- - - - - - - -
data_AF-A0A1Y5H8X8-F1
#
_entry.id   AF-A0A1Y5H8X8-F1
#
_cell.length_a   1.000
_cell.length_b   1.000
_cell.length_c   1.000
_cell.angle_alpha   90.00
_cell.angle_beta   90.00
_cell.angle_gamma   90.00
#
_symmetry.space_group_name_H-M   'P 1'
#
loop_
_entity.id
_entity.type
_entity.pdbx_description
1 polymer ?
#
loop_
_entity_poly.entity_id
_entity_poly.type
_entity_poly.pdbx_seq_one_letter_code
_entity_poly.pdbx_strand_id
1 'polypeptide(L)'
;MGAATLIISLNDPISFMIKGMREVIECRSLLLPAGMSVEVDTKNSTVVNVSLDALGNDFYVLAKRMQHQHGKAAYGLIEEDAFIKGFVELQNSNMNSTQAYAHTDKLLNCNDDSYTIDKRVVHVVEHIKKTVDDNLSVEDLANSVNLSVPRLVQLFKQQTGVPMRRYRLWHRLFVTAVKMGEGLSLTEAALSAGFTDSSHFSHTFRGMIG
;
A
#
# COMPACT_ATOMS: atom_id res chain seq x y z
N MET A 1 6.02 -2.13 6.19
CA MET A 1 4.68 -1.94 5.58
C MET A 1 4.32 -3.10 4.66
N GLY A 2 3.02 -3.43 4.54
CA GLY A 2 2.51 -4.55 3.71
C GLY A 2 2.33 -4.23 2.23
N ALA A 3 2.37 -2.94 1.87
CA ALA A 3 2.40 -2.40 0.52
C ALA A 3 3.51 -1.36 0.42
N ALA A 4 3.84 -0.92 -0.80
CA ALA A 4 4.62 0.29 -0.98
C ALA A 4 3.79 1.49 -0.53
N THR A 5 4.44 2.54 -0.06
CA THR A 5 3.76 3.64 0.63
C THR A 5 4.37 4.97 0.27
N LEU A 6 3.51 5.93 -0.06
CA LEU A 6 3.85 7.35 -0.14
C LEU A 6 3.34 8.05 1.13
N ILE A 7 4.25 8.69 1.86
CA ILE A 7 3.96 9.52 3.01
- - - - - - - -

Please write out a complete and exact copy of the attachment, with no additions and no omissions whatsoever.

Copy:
data_AF-A0A1Y5H8X8-F1
#
_entry.id   AF-A0A1Y5H8X8-F1
#
_cell.length_a   1.000
_cell.length_b   1.000
_cell.length_c   1.000
_cell.angle_alpha   90.00
_cell.angle_beta   90.00
_cell.angle_gamma   90.00
#
_symmetry.space_group_name_H-M   'P 1'
#
loop_
_entity.id
_entity.type
_entity.pdbx_description
1 polymer ?
#
loop_
_entity_poly.entity_id
_entity_poly.type
_entity_poly.pdbx_seq_one_letter_code
_entity_poly.pdbx_strand_id
1 'polypeptide(L)'
;MGAATLIISLNDPISFMIKGMREVIECRSLLLPAGMSVEVDTKNSTVVNVSLDALGNDFYVLAKRMQHQHGKAAYGLIEEDAFIKGFVELQNSNMNSTQAYAHTDKLLNCNDDSYTIDKRVVHVVEHIKKTVDDNLSVEDLANSVNLSVPRLVQLFKQQTGVPMRRYRLWHRLFVTAVKMGEGLSLTEAALSAGFTDSSHFSHTFRGMIG
;
A
#
# COMPACT_ATOMS: atom_id res chain seq x y z
N MET A 1 6.02 -2.13 6.19
CA MET A 1 4.68 -1.94 5.58
C MET A 1 4.32 -3.10 4.66
N GLY A 2 3.02 -3.43 4.54
CA GLY A 2 2.51 -4.55 3.71
C GLY A 2 2.33 -4.23 2.23
N ALA A 3 2.37 -2.94 1.87
CA ALA A 3 2.40 -2.40 0.52
C ALA A 3 3.51 -1.36 0.42
N ALA A 4 3.84 -0.92 -0.80
CA ALA A 4 4.62 0.29 -0.98
C ALA A 4 3.79 1.49 -0.53
N THR A 5 4.44 2.54 -0.06
CA THR A 5 3.76 3.64 0.63
C THR A 5 4.37 4.97 0.27
N LEU A 6 3.51 5.93 -0.06
CA LEU A 6 3.85 7.35 -0.14
C LEU A 6 3.34 8.05 1.13
N ILE A 7 4.25 8.69 1.86
CA ILE A 7 3.96 9.52 3.01